Tardis: Affordable Time-Travel Debugging in Managed Runtimes

Earl T. Barr and Mark Marron

Abstract

Developers who set a breakpoint a few statements too late or who are trying to diagnose a subtle bug from a single core dump often wish for a time-traveling debugger. The ability to rewind time to see the exact sequence of statements and program values leading to an error has great intuitive appeal but, due to large time and space overheads, time-traveling debuggers have seen limited adoption.

A managed runtime, such as the Java JVM or a JavaScript engine, has already paid much of the cost of providing core features — type safety, memory management, and virtual IO — that can be reused to implement a low overhead time-traveling debugger. We leverage this insight to design and build affordable time-traveling debuggers for managed languages. Tardis realizes our design: it provides affordable time-travel with an average overhead of only 7% during normal execution, a rate of 0.6MB/s of history logging, and a worst-case 0.68s time-travel latency. Tardis can also debug optimized code using time-travel to reconstruct state. This capability, coupled with its low overhead, makes Tardis suitable for use as the default debugger for managed languages, promising to bring time traveling debugging into the mainstream and transform the practice of debugging.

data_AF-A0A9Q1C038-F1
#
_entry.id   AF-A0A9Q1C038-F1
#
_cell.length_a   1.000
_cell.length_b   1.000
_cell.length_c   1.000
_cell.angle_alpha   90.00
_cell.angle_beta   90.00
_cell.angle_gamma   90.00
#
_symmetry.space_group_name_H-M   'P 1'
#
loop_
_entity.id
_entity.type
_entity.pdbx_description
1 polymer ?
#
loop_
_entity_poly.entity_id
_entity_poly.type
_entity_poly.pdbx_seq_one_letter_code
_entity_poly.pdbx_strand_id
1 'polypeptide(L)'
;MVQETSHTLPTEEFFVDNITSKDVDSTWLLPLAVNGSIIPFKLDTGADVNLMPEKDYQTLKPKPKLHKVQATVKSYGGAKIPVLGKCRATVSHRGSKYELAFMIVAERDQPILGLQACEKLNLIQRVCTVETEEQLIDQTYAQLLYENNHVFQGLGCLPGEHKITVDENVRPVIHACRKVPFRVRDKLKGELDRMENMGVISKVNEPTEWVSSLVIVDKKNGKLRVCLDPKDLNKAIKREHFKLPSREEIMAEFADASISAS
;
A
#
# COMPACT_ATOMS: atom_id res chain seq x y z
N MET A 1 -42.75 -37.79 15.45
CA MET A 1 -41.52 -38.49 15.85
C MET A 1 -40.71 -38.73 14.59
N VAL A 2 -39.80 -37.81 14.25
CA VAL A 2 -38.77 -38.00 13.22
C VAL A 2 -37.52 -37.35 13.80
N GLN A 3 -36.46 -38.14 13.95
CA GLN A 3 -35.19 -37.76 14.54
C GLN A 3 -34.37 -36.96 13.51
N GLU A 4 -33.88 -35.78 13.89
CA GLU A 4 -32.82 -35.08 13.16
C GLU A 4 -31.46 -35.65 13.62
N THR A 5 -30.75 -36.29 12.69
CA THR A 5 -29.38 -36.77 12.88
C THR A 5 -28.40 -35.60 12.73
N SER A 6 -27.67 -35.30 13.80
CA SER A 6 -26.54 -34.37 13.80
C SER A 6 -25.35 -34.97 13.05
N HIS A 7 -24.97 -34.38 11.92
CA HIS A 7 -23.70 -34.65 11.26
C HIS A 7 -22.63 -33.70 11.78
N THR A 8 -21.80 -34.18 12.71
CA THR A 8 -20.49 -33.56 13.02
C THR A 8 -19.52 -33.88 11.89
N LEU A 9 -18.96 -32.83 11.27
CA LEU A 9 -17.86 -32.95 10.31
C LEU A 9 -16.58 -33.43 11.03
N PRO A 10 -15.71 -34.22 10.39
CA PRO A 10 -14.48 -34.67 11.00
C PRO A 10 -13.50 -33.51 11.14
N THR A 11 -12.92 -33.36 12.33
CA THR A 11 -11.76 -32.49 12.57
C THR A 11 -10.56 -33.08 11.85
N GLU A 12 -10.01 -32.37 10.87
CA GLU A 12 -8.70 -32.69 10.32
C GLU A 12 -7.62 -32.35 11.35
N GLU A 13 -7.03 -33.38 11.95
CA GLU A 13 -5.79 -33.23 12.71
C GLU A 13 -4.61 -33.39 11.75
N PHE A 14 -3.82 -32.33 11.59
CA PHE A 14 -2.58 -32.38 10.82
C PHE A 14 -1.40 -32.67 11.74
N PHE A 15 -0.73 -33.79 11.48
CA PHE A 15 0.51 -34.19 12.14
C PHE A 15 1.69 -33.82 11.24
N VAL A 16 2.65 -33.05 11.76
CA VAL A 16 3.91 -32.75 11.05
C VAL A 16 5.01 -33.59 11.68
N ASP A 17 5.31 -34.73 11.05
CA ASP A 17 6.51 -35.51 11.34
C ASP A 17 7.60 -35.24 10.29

Details

Publication typeTechReport
NumberMSR-TR-2014-47
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